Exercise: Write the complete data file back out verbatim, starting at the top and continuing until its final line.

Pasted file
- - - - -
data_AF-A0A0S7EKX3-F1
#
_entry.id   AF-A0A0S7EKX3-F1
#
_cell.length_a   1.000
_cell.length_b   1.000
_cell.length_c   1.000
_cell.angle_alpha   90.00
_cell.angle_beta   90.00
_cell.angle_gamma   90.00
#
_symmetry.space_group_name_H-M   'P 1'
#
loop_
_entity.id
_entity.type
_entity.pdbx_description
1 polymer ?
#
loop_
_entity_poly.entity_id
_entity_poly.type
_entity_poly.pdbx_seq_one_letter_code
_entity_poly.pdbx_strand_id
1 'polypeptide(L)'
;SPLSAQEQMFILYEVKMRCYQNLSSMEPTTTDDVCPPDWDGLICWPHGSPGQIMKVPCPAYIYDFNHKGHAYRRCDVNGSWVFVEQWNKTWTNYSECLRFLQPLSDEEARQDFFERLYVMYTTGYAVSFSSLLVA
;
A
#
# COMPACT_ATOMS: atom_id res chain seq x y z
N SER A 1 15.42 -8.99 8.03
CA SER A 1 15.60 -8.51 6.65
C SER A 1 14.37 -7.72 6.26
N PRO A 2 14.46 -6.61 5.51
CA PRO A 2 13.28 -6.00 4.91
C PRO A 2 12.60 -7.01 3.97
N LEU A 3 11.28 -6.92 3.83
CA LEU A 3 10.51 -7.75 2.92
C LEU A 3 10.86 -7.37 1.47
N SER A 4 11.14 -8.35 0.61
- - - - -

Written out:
data_AF-A0A0S7EKX3-F1
#
_entry.id   AF-A0A0S7EKX3-F1
#
_cell.length_a   1.000
_cell.length_b   1.000
_cell.length_c   1.000
_cell.angle_alpha   90.00
_cell.angle_beta   90.00
_cell.angle_gamma   90.00
#
_symmetry.space_group_name_H-M   'P 1'
#
loop_
_entity.id
_entity.type
_entity.pdbx_description
1 polymer ?
#
loop_
_entity_poly.entity_id
_entity_poly.type
_entity_poly.pdbx_seq_one_letter_code
_entity_poly.pdbx_strand_id
1 'polypeptide(L)'
;SPLSAQEQMFILYEVKMRCYQNLSSMEPTTTDDVCPPDWDGLICWPHGSPGQIMKVPCPAYIYDFNHKGHAYRRCDVNGSWVFVEQWNKTWTNYSECLRFLQPLSDEEARQDFFERLYVMYTTGYAVSFSSLLVA
;
A
#
# COMPACT_ATOMS: atom_id res chain seq x y z
N SER A 1 15.42 -8.99 8.03
CA SER A 1 15.60 -8.51 6.65
C SER A 1 14.37 -7.72 6.26
N PRO A 2 14.46 -6.61 5.51
CA PRO A 2 13.28 -6.00 4.91
C PRO A 2 12.60 -7.01 3.97
N LEU A 3 11.28 -6.92 3.83
CA LEU A 3 10.51 -7.75 2.92
C LEU A 3 10.86 -7.37 1.47
N SER A 4 11.14 -8.35 0.61